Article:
Both Russian and American forces have increased their air attacks on ISIS over the last few days, but this has only led to fears from military experts that we are growing closer and closer to an explosive scenario that could lead to World War 3.
Coalition forces, which are being led by the U.S., have confirmed that they have conducted 24 bombings on ISIS in Syria over the course of just 24 hours. Meanwhile, Russia have insisted that they've hit 55 of their targets in their own separate attacks.
Fears have been growing over the potential international tension in Syria because there have been claims that Russian forces have also been targeting rebel groups that aren't actually associated with ISIS. Some of these have included fighters that have been trained by the United States.
Meanwhile it's also been reported by The Mirror that Vladimir Putin has taunted the West for not getting "results," especially in comparison to Russia's alleged attacks.
However, the increasing activity in Syrian airspace is what is mostly worrying military experts. They're concerned that there could easily be a collision between either nation's warplanes, helicopters, drones, or missiles, which then could provoke a response from the other side.
There have even been reports that various U.S. planes that have been flying over Syria have either had to abandon targets, or they've moved drastically away from Russian jets that they've come in close proximity to. Lt Gen Charles Brown, who is the commander of the American air campaign in Syria, has even admitted that U.S. and Russian planes were within just 20 miles of each other at one point, which means that because of the speeds that these aircraft travel at, they were just 30 seconds away from a collision.
Currently, a Coalition and Pro-Assad forces have attacked Syria to try and dismiss ISIS from the area.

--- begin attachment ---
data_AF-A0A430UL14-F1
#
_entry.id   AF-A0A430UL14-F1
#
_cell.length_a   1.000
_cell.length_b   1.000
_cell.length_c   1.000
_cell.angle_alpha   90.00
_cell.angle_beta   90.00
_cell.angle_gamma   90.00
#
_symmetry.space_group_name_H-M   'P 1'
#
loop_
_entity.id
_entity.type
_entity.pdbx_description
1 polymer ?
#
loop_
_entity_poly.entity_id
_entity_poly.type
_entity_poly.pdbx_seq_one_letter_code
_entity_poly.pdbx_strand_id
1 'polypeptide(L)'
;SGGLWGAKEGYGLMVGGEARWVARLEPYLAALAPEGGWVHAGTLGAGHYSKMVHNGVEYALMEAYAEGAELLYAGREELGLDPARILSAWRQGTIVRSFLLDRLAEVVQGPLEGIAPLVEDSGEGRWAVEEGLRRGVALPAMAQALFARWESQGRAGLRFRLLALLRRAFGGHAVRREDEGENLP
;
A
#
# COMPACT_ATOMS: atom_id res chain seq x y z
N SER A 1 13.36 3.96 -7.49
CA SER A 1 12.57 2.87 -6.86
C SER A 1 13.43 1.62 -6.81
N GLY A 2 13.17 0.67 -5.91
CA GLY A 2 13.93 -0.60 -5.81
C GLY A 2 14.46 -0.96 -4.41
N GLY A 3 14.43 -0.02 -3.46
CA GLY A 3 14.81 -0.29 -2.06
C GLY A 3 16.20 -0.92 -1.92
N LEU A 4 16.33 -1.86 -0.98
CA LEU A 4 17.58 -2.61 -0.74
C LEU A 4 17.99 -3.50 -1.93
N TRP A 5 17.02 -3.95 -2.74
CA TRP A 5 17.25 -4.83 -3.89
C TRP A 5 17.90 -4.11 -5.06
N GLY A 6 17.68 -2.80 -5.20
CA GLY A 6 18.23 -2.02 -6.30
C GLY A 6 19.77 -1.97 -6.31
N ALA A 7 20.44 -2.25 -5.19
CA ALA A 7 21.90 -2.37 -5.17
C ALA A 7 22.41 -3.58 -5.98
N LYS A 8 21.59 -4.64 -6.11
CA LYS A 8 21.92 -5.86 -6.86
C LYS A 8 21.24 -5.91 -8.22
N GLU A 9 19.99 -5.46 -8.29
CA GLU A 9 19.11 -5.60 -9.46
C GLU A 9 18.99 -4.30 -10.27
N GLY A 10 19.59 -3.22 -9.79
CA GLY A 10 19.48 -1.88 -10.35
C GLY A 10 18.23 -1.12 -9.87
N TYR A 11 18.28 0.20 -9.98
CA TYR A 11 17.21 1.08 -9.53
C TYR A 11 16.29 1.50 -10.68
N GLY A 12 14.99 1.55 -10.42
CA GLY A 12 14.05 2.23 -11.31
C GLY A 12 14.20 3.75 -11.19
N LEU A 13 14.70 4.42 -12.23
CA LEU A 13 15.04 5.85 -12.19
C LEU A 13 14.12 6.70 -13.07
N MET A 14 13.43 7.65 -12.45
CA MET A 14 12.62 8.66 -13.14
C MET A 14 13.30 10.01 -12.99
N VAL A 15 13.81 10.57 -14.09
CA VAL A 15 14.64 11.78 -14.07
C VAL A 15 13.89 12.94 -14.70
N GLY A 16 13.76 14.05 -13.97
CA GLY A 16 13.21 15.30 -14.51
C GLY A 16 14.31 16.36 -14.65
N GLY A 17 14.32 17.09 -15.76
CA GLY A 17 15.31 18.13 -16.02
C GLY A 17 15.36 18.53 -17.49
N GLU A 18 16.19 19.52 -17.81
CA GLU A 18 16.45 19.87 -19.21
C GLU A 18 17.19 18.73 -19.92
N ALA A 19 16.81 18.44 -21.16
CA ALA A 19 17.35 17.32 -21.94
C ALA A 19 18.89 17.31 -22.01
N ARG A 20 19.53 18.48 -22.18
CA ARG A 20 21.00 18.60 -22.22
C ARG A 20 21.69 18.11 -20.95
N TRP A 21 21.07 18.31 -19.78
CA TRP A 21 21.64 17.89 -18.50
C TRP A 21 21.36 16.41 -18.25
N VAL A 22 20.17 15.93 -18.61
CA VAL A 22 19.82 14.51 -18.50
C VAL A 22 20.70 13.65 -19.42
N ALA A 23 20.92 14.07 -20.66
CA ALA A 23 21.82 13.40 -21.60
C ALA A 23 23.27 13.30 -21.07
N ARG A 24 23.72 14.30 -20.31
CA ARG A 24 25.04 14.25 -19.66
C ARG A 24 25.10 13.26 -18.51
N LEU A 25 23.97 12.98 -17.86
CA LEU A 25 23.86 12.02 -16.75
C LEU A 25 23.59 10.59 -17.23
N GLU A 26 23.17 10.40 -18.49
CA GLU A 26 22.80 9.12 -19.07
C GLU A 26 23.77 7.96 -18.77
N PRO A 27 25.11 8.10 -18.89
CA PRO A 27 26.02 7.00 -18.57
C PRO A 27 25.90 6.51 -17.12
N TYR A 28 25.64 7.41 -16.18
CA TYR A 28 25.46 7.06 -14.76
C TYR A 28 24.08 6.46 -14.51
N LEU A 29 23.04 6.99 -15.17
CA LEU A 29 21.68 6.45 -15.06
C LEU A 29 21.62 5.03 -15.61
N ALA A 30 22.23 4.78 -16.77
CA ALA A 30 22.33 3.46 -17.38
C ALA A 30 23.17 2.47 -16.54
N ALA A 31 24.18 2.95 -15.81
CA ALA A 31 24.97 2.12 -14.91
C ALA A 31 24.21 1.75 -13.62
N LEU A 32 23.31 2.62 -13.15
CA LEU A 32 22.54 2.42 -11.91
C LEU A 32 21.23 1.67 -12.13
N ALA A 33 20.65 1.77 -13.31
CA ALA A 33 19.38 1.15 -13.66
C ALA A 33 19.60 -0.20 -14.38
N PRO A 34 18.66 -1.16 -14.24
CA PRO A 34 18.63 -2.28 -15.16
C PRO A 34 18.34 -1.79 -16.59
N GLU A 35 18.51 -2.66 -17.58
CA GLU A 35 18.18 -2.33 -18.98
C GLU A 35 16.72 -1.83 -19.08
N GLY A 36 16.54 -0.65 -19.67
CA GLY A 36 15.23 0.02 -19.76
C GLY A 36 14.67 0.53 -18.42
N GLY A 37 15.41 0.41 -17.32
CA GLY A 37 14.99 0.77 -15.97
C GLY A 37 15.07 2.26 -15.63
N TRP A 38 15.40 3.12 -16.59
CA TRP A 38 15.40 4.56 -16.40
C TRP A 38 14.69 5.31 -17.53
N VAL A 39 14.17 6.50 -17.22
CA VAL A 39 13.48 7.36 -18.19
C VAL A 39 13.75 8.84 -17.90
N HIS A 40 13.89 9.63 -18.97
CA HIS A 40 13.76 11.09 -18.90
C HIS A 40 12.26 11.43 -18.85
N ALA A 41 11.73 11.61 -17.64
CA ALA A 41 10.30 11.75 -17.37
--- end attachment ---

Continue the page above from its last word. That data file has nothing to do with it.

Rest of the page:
The Coalition contingent is made up of United States, United Kingdom, French, Australian, Saudi Arabian, Qatari, Belgian, Canadian, Jordanian, Dutch, Danish, and Turkish nations. These are helping to conduct airstrikes in Syria, and want Bashar al-Assad and ISIS removed from the region, so that a new government can be put in place.
Meanwhile, the Pro-Assad team consists of Russian, Syrian, Iran, Chinese, Lebanese, and Iraqi armies.
Because of these warring factions, Syria has become a hot-bed of chaos, and there have been continued air attacks across different sections of the country.
Speaking to The Mirror, one military expert explained, "Rationalising such a complex airspace is not possible - like getting your mind round a Rubik's Cube that moves around at Mach 1.5, then adding a dozen more."
They continued, "Given the amount of military traffic in the air there is a real worry a plane will be shot down in catastrophic misunderstanding of intent. It means we could be seconds from a sudden escalation taking us to the very brink of war."
Andrew Foxall, who works at the Henry Jackson Society think tank as an expert on Russia, believes that such a crash could result in a "diplomatic incident of catastrophic proportions."
Foxall also admitted that the fact Russia has a completely "different objective to the Natio coalition and the western drive for liberal democracy and regime change in Syria" is of grave concern, and could even provoke a full-scale conflict on a global scale. Russia's aim is to maintain "a pro-Russian regime in Syria," while the fact that China have joined them has only confused matters even more.
There are worries that Chinese forces with the Pro-Assad coalition could try and attack other Syrian rebels that aren't actually associated with ISIS. Plus, Iran is now allowing Russian forces to fly through their airspace, and there's a concern that these two strong nations have joined together to fight in the Middle East.
The conflicting factions in this area have ever been compared to the circumstances in the build up to the First World War, when the Allies (England, France, Russia) and Central Powers (Germany, Austria-Hungary) were forced to go to War after the assassination of Austrian Archduke Franz Ferdinand, having each signed documents that they would support the other.